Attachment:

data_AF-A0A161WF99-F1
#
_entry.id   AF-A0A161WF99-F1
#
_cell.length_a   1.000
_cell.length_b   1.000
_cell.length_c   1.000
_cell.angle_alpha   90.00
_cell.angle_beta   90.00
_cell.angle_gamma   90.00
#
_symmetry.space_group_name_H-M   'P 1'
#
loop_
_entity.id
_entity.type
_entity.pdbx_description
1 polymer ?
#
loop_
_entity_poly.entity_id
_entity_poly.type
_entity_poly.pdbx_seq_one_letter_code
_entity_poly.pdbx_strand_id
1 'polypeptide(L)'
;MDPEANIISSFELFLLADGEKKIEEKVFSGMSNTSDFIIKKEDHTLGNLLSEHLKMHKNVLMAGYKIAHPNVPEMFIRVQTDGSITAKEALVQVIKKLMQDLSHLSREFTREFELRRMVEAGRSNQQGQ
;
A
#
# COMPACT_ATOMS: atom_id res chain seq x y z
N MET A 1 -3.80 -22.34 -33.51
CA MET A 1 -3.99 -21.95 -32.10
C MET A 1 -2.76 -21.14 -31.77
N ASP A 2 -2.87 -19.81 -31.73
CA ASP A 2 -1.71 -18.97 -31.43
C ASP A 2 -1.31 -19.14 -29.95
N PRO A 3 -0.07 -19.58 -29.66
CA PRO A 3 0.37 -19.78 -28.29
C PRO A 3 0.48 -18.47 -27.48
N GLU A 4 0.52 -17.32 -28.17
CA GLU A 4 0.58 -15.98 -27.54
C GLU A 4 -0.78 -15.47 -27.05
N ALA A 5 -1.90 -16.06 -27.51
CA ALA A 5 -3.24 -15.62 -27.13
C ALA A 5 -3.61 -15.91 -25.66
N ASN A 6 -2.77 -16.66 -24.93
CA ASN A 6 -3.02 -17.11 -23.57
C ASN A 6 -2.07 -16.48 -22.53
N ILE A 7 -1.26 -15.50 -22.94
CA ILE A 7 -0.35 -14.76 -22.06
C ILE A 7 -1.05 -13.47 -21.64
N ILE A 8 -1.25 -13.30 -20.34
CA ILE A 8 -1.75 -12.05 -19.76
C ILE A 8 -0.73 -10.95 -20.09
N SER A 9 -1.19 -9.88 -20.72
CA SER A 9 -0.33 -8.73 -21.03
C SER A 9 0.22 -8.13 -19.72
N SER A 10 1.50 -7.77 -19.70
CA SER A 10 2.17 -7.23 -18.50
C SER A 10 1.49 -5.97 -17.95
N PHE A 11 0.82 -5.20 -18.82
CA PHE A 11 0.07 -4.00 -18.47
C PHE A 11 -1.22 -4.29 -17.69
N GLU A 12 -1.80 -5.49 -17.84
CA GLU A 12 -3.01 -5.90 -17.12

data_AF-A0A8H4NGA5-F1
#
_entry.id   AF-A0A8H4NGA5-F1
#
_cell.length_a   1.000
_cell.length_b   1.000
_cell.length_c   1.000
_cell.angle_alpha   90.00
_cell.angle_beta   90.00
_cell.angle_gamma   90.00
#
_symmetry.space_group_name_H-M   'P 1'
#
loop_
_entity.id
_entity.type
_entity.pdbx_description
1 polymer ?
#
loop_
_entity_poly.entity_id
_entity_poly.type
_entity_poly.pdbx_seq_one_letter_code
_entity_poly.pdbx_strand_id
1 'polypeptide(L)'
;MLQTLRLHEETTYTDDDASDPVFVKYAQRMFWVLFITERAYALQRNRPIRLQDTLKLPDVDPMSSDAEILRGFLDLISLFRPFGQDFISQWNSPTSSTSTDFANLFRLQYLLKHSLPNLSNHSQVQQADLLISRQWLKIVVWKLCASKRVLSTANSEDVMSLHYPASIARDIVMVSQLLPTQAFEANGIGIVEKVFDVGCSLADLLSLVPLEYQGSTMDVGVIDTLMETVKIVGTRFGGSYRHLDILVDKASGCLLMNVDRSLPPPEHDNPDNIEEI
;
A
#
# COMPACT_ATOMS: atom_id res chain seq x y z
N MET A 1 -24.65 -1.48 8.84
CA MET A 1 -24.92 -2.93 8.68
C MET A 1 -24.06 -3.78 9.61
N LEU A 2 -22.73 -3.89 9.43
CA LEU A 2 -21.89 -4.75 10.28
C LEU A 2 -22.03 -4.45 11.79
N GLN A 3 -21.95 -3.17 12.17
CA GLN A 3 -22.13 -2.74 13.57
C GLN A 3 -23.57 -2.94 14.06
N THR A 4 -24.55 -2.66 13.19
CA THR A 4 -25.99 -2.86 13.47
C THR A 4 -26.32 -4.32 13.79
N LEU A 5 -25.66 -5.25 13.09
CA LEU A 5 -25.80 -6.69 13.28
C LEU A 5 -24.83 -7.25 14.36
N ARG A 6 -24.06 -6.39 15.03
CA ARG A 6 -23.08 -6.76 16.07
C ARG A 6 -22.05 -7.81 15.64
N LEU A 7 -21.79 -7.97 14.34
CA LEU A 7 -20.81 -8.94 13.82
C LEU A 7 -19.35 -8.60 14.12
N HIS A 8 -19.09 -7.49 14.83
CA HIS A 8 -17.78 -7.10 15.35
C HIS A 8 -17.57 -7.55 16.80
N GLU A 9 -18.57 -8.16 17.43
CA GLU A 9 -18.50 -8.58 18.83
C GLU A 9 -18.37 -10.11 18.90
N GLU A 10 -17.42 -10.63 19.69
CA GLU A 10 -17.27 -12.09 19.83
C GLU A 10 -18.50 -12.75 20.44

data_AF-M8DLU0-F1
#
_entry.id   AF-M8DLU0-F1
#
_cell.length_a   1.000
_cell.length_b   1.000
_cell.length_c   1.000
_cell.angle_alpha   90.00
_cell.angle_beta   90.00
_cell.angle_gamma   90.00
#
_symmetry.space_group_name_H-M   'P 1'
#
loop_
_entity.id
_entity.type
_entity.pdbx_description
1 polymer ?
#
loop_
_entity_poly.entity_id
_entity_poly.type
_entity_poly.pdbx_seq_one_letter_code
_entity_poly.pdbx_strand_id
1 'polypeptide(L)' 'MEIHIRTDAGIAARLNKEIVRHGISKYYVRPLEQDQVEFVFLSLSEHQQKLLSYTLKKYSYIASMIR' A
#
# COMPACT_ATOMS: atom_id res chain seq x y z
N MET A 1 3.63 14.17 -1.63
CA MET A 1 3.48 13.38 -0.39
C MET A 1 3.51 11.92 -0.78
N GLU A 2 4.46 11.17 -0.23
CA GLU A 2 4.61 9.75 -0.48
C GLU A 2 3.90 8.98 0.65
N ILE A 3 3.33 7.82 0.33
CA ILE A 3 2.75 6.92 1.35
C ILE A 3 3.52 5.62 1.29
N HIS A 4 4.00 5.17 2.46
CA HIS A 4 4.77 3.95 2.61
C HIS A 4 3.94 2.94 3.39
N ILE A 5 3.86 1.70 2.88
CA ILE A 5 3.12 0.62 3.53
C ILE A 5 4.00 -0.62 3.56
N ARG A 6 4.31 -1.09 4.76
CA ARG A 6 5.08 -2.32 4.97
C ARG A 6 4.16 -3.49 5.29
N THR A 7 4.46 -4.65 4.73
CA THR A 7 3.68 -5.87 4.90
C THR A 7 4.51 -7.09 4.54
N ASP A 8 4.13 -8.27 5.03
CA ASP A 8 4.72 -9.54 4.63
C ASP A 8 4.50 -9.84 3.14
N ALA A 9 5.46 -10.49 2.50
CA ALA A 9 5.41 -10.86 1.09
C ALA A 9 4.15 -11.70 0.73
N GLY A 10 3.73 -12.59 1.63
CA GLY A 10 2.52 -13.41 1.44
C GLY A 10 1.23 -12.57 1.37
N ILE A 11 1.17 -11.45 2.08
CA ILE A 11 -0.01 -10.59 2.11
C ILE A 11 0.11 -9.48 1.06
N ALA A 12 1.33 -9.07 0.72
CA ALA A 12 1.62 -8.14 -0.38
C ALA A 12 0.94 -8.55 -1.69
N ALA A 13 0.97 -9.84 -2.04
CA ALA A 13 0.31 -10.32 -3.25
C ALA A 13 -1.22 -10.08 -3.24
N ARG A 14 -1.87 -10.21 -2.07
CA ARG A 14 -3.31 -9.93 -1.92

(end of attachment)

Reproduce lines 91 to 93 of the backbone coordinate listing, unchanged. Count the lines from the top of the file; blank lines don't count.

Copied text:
;MLQTLRLHEETTYTDDDASDPVFVKYAQRMFWVLFITERAYALQRNRPIRLQDTLKLPDVDPMSSDAEILRGFLDLISLFRPFGQDFISQWNSPTSSTSTDFANLFRLQYLLKHSLPNLSNHSQVQQADLLISRQWLKIVVWKLCASKRVLSTANSEDVMSLHYPASIARDIVMVSQLLPTQAFEANGIGIVEKVFDVGCSLADLLSLVPLEYQGSTMDVGVIDTLMETVKIVGTRFGGSYRHLDILVDKASGCLLMNVDRSLPPPEHDNPDNIEEI
;
A